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Welcome to Hostelpoint Brighton

Address: 10-12 Grand Junction Road, Brighton, BN1 1PN

Hotel Description

Next to the Grand Place Pier, Hostelpoint Brighton is located on Brighton’s historic seafront. This lively hostel offers free WiFi and is 5 minutes’ walk from the Royal Pavilion. Bright dormitory and private rooms come with private bathrooms, lockers and linens and some rooms have fantastic views of the seafront and pier. Towels can be rented at reception. Guests may make full use of the well-equipped kitchen and common room. There is a 24-hour reception and access to the hostel is by key card. A continental breakfast is available daily at Hostelpoint Brighton. Situated next to Brighton Bus Station, Hostelpoint is just a 10-15 minute walk from Brighton Train Station. The Sea Life Centre is within 2 minutes’ walk, while the famous Lanes, with its independent galleries and bohemian shops, is 5 minutes’ walk away.

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Attractions - Hostelpoint Brighton

The Royal Pavilion - Brighton - Historical Houses

The Royal Pavilion - Brighton - Historical Houses

Distance 0.11 miles (0.18 km)
Experience the magical world of Brighton's Royal Pavilion, home to three British monarchs. Decorated in the Chinese taste with an Indian exterior this Regency Palace is quite breathtaking. The famous sea-side residence was built for King George IV, and was also used by his brother William IV and their niece Queen Victoria. Originally a farmhouse, in 1787 architect Henry Holland created a neo-classical villa on the site. It was later transformed into its current Indian style by John Nash between 1815 and 1822. Magnificent decorations and fantastic furnishings have been re-created in the recent extensive structural and interior restoration program. The Pavilion offers many services to enhance your visit including guided tours, provision for disabled visitors and education facilities.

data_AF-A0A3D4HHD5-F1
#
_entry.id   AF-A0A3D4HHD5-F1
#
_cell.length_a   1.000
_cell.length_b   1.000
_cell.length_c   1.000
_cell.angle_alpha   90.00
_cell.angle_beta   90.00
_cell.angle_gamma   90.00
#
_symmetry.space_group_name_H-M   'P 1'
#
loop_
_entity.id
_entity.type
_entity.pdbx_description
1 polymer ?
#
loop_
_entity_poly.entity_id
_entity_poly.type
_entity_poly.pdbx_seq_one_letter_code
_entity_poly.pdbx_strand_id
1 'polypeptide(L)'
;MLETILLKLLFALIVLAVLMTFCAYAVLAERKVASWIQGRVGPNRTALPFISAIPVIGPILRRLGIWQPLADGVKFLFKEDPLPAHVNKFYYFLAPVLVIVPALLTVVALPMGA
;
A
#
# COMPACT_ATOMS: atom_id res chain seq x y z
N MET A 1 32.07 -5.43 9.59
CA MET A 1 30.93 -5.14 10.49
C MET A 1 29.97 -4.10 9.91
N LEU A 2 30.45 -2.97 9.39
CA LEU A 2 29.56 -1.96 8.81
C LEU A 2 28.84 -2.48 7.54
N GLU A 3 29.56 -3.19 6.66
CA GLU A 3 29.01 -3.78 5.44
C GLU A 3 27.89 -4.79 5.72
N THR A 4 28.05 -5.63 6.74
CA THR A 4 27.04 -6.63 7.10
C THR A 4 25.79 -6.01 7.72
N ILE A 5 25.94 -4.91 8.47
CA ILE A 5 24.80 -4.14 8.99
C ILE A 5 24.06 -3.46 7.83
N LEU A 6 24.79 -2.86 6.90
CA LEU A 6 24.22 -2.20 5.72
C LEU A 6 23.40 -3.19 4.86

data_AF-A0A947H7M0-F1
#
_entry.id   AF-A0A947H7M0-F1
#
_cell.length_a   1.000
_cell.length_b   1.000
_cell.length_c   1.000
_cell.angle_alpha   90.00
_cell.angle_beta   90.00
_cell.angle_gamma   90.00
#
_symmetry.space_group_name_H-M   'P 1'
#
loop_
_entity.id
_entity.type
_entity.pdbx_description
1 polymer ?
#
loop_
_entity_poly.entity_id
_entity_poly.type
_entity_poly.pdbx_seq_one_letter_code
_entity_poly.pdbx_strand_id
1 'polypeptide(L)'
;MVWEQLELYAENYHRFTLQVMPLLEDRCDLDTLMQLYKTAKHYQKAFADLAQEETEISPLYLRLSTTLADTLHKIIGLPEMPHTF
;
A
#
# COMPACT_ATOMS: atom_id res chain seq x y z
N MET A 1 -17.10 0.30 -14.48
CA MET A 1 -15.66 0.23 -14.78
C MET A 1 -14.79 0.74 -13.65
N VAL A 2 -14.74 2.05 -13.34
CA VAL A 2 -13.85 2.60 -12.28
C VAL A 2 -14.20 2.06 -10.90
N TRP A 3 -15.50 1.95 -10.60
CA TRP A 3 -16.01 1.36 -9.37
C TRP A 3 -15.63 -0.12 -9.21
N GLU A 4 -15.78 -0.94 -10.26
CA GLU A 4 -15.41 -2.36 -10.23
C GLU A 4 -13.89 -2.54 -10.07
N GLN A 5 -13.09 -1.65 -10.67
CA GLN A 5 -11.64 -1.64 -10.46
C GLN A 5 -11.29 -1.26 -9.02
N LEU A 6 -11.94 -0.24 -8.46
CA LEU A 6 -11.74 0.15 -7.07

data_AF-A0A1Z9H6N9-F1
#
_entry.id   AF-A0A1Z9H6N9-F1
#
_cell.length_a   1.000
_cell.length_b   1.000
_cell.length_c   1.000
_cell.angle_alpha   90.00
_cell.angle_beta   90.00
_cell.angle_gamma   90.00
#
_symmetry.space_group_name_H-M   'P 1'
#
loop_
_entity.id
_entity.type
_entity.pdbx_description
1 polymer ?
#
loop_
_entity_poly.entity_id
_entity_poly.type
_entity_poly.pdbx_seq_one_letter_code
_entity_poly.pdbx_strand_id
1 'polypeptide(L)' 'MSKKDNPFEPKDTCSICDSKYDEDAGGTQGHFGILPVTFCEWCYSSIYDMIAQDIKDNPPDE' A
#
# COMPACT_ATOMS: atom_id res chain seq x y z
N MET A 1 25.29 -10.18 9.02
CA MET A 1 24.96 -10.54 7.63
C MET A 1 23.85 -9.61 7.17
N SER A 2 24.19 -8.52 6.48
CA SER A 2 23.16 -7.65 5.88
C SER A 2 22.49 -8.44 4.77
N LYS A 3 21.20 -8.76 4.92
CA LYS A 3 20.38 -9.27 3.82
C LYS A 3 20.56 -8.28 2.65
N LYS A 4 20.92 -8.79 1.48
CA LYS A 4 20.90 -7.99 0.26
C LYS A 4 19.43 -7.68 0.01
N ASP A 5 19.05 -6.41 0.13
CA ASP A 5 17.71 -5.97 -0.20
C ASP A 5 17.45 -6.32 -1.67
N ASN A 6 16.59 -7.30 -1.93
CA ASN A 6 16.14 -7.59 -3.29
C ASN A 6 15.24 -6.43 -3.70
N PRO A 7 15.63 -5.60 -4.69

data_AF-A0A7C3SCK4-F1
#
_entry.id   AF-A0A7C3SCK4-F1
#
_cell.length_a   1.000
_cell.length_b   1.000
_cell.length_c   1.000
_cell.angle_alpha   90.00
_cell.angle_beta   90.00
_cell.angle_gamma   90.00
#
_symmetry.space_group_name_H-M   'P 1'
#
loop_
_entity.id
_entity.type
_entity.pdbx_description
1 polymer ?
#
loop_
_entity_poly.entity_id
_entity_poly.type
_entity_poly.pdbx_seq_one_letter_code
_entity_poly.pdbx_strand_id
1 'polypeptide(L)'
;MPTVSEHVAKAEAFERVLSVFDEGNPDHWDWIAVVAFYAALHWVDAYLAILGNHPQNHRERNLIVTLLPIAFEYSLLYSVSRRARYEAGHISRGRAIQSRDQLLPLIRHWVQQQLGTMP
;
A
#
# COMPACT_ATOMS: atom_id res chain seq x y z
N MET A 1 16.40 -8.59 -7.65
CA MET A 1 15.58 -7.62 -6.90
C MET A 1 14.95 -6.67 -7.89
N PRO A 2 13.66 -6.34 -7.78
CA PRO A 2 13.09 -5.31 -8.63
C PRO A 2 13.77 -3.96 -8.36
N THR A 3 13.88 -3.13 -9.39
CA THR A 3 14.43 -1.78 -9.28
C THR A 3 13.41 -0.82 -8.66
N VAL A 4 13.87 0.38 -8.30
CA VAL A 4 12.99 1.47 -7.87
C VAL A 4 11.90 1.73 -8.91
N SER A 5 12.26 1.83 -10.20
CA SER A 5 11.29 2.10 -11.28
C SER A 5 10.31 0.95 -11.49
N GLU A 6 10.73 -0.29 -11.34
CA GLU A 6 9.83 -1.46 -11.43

Brighton Centre - Town Centre

Brighton Centre - Town Centre

Distance 0.36 miles (0.58 km)
Brighton is the most popular of the seaside resorts on the south east coast of England with a single beach with a long promenade with three piers and three open air swimming pools. Its coastline was the inspiration for Graham Green's classic Brighton Rock. It began life as a small fishing port called Brighthelmstone and started to become a haven for holidaymakers when Dr Richard Russell prescribed sea-water as a cure for all ills in 1754. After the Prince of Wales built his Royal Pavilion there in 1783, fashionable Londoners began to flock to Brighton. The Royal Pavilion assumed its famous Indian Palace look in 1812. In recent years the vast modern marina with moorings for more than two thousand boats has given the area a whole new lease of life.

Brighton Football Club - Football Club

Brighton Football Club - Football Club

Distance 2.52 miles (4.04 km)
The initial impression of the stadium is of its picturesque surroundings, set into a hillside and mostly surrounded by woodland. One end is unused for spectators, further giving the stadium a rural look. This end is completely open, whilst the other has a couple of small temporary stands erected at either side of it, which are uncovered and hence open to the elements. The pitch is surrounded by an athletics running track, hence the supporters are set back from the field . Although this type of multi-purpose stadium is popular on the Continent, this is the only current example in the Football League.